Fossil Botany is beset with difficulties of a peculiar character. The materials that the enquirer has to work upon, are not only disfigured by those accidents to which all fossil remains are exposed in common, but they are also those which would, in recent vegetation, be considered of the smallest degree of importance. There is, in most cases, an almost total want of that evidence by which the Botanist is guided in the examination of recent plants; and not only the total destruction of the parts of fructification, and of the internal organization of the stem, but what contributes still more to the perplexity of the subject, a frequent separation of one part from another, of leaves from branches, of branches from trunks, and, if fructification be present, of even it from the parts of the plant on which it grew, so that no man can tell how to collect the fragments that remain into a perfect whole. For it must be remembered, that it is not in Botany as in Zoology, where a skilful anatomist has no difficulty in combining the scattered bones of a broken skeleton. In Botany, on the contrary, the component parts of both foliage and fructification are often so much alike in outline, which is all that the Fossil Botanist can judge from, as to indicate almost nothing when separated from each other, and from the axis to which they appertain. It is only by the various combinations of these parts that the genera and species of plants are to be recognized, and it is precisely these combinations that in fossils are destroyed.'
Much, however, has been of late effected by skilful and per
severing experimentalists in despite of all these difficulties. Mr. Witham has given a new aspect to some of the most inaccessible of these peculiarities, by subjecting to microscopic observation, very thin plates of various fossils; and the investigations of Sternberg, Buckland, and Brongniart, have extended and systematized the science. But it should always, in these matters, be kept in mind, that, with all deference to great names, the humblest student may be enabled by activity and vigilance to throw light on the most difficult inquiries. Geology, in all its departments, is emphatically a science of observation, calling eye, foot, and hand into constant exertion, and every one who wishes well to its interests, may serve it, perhaps essentially, by keeping what is familiarly called a sharp look out. The fragments of a quarry, the ejecta of a mine or a tunnel, the refuse of a coal-pit, the debris of a precipice, the accumulations of the strand, may furnish unexpected illustrations or suggest new trains of exploration. That singular fossil, Polyporites Bowmanni, was found among the rubbish at the mouth of a Welsh coal-mine.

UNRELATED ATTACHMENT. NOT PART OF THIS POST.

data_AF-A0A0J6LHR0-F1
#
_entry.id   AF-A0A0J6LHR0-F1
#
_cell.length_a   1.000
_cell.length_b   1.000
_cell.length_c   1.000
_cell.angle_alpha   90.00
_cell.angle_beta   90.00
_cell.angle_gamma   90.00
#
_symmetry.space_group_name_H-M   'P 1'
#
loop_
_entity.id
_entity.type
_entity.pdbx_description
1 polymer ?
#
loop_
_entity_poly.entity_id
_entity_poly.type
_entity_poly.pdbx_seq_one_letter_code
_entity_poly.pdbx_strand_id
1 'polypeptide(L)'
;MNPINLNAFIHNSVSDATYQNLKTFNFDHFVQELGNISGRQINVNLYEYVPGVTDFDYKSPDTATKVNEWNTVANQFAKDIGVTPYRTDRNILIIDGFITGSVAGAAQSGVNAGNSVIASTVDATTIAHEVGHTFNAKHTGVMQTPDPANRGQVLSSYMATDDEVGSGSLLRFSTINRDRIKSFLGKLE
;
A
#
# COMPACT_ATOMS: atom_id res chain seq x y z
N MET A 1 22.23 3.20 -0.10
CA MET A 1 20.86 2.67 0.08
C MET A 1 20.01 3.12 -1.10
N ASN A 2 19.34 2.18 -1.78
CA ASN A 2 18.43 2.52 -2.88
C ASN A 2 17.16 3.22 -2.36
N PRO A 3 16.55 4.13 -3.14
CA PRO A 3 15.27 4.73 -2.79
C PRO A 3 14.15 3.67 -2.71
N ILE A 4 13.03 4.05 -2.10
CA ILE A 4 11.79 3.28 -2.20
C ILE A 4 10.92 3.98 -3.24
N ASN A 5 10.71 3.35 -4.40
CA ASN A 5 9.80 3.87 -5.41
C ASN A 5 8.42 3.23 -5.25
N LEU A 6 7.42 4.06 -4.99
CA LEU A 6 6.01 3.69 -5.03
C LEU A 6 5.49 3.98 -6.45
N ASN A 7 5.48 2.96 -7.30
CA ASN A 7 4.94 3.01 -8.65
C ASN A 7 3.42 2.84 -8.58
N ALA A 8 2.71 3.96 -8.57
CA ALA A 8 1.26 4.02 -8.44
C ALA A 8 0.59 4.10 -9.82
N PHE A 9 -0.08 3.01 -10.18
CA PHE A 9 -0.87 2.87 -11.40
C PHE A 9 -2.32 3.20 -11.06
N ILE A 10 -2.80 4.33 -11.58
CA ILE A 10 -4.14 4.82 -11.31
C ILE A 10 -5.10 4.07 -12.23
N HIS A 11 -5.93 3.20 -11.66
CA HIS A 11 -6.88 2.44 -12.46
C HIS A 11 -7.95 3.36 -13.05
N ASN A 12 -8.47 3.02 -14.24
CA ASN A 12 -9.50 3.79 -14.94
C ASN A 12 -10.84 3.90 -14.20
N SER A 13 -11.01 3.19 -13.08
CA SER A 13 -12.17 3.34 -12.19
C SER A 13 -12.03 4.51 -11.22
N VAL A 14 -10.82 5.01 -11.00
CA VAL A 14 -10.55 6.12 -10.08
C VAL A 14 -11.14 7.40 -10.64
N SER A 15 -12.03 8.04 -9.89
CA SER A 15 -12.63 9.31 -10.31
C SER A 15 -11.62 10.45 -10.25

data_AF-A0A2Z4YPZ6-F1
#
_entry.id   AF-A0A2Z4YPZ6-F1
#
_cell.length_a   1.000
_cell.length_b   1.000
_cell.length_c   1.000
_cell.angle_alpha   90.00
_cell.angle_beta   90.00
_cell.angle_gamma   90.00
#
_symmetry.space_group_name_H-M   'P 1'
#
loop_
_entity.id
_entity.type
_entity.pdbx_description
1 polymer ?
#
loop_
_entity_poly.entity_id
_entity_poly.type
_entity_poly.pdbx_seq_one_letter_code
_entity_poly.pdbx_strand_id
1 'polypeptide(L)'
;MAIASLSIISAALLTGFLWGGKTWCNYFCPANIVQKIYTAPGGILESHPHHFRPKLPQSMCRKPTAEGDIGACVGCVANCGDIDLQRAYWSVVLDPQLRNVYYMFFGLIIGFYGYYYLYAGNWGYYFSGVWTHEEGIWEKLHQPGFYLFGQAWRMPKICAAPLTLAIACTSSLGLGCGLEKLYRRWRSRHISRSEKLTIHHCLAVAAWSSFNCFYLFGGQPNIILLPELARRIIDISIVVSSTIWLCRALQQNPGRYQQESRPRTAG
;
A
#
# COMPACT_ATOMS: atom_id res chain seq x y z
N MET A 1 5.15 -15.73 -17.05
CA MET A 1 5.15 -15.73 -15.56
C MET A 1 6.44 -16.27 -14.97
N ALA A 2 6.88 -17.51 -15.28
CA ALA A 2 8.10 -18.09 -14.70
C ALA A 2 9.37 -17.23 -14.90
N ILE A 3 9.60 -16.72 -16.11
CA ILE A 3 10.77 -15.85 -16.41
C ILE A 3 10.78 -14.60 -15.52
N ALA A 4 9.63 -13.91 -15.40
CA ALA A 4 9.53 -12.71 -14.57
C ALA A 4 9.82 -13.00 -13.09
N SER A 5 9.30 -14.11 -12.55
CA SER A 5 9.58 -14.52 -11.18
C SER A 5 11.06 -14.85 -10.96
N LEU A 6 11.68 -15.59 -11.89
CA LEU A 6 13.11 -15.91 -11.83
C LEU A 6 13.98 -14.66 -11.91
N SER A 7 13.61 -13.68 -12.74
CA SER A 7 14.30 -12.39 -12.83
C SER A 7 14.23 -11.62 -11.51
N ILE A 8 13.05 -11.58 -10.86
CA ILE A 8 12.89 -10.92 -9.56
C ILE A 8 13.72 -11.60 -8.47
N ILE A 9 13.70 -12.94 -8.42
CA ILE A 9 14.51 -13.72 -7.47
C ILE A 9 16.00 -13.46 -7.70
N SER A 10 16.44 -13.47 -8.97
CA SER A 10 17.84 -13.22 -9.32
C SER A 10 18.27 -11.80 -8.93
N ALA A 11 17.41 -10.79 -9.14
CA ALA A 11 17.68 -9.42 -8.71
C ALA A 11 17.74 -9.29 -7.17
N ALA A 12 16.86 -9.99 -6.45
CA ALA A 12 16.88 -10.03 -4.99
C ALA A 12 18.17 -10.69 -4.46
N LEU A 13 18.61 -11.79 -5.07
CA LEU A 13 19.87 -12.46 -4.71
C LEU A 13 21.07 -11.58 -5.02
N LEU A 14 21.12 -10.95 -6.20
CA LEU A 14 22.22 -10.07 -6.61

Art. VII. 1. The Second Address of the Annual Assembly of the Congregational Union of England and Wales, held at the Congregational Library. London, May 12th, 15th and 16th, 1835. To the Ministers and Churches of the same Faith and Order throughout the Empire. 12mo, pp. 16. 8vo, 3d. 12mo, ld. London, 1835.
2. The Scriptural Unity of the Protestant Churches exhibited in their published Confessions. 12mo, pp. xx. 123. Dublin, 1835.
HIS Second Address, or Yearly Epistle of the Congregational Union, has for its main topic, the enforcement of a 'scriptural purity of communion' on the churches, and, as intimately connected with it, a faithful administration of scrip⚫tural discipline.' Much depends, it is remarked, on the qualifications of those who are received to the privileges of the church.